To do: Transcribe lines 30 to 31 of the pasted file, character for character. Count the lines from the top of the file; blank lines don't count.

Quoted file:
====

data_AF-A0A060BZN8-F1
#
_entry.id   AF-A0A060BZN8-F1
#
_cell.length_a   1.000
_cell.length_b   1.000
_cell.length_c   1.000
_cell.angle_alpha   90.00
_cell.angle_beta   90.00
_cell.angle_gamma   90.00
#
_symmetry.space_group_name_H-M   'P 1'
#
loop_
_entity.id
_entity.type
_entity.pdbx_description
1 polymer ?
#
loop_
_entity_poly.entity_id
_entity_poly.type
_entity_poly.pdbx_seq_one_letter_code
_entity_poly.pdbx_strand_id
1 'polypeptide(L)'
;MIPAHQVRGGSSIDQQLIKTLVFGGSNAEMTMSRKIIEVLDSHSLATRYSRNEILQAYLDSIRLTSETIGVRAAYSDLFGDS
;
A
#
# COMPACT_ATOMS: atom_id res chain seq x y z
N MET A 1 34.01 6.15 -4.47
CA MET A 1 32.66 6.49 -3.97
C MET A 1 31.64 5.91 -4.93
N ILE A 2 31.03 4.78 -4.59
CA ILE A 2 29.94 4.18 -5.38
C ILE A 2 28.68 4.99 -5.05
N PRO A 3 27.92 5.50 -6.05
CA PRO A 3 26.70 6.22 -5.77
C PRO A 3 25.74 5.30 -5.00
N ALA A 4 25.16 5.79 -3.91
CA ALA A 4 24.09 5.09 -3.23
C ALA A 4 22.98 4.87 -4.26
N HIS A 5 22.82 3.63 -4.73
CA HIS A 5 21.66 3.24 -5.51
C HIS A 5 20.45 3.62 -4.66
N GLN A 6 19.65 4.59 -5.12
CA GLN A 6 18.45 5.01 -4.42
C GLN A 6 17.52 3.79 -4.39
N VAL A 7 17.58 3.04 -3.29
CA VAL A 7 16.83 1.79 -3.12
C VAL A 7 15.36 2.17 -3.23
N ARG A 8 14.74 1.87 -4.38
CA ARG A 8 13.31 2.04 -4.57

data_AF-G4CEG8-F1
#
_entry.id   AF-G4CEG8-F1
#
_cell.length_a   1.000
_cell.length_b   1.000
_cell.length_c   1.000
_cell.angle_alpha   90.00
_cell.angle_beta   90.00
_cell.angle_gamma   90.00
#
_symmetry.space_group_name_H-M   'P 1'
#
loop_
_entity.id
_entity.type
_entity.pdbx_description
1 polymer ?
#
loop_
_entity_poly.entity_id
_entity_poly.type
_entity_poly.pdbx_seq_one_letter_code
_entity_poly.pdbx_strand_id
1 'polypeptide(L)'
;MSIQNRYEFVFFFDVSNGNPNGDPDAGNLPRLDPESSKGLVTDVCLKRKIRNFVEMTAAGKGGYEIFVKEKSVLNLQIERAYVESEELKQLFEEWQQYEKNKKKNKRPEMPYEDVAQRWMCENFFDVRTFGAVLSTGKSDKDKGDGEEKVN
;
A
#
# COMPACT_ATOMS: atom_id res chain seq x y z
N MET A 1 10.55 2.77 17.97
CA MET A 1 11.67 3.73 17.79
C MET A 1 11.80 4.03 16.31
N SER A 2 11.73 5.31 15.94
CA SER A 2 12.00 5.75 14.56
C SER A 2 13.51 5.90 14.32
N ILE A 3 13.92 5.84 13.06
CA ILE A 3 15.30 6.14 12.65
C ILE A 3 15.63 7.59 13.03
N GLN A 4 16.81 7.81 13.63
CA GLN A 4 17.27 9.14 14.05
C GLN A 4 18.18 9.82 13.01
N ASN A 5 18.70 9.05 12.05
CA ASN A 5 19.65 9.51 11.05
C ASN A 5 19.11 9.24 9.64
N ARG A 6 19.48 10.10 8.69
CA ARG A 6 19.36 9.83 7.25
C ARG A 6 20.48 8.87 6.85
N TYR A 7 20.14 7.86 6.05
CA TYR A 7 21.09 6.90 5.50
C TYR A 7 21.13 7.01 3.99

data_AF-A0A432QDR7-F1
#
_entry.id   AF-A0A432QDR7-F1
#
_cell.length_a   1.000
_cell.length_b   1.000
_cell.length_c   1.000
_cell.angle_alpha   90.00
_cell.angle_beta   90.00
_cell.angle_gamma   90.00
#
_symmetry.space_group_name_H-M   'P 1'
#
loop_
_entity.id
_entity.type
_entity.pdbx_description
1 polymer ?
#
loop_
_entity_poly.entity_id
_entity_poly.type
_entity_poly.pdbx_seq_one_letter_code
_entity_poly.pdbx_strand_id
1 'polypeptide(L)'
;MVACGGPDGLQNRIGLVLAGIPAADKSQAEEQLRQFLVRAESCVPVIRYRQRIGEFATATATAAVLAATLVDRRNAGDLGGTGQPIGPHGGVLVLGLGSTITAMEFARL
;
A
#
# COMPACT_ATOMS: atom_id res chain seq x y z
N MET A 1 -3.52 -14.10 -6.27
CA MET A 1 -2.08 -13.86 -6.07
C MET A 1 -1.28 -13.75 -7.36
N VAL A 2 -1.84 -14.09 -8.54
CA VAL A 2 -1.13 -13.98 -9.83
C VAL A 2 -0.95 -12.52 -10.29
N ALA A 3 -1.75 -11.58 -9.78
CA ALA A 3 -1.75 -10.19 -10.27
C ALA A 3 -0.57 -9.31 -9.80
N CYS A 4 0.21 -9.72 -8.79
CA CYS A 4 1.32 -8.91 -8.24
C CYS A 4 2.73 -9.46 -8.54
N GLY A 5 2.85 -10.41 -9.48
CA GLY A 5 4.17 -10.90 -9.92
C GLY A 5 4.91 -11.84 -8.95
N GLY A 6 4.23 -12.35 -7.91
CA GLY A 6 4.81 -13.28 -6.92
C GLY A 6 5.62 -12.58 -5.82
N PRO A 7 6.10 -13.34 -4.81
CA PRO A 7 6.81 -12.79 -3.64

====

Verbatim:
# COMPACT_ATOMS: atom_id res chain seq x y z
N MET A 1 34.01 6.15 -4.47